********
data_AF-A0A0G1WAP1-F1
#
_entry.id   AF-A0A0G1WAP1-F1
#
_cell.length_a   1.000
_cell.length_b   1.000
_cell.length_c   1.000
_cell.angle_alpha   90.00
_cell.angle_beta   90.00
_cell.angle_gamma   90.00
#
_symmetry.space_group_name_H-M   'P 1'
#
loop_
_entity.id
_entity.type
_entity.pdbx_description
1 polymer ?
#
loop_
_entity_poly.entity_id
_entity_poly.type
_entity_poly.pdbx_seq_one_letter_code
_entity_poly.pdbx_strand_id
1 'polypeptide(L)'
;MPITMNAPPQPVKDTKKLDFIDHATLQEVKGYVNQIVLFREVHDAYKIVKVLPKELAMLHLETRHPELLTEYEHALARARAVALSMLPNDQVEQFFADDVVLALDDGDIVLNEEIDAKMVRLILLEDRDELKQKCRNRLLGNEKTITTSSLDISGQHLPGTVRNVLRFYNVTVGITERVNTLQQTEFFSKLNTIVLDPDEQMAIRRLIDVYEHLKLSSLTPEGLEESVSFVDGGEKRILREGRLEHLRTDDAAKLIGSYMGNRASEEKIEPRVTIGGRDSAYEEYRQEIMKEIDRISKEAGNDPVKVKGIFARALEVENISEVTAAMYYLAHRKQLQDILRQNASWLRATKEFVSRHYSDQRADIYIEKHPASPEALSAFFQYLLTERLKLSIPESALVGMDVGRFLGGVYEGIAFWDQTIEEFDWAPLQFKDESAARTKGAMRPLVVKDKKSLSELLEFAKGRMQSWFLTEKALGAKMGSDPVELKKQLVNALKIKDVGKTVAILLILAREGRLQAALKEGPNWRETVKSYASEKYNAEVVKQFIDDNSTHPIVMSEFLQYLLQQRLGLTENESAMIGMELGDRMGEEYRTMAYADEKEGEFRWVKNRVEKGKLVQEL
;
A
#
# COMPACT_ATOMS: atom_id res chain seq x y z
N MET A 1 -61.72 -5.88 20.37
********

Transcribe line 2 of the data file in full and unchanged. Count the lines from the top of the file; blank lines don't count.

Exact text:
#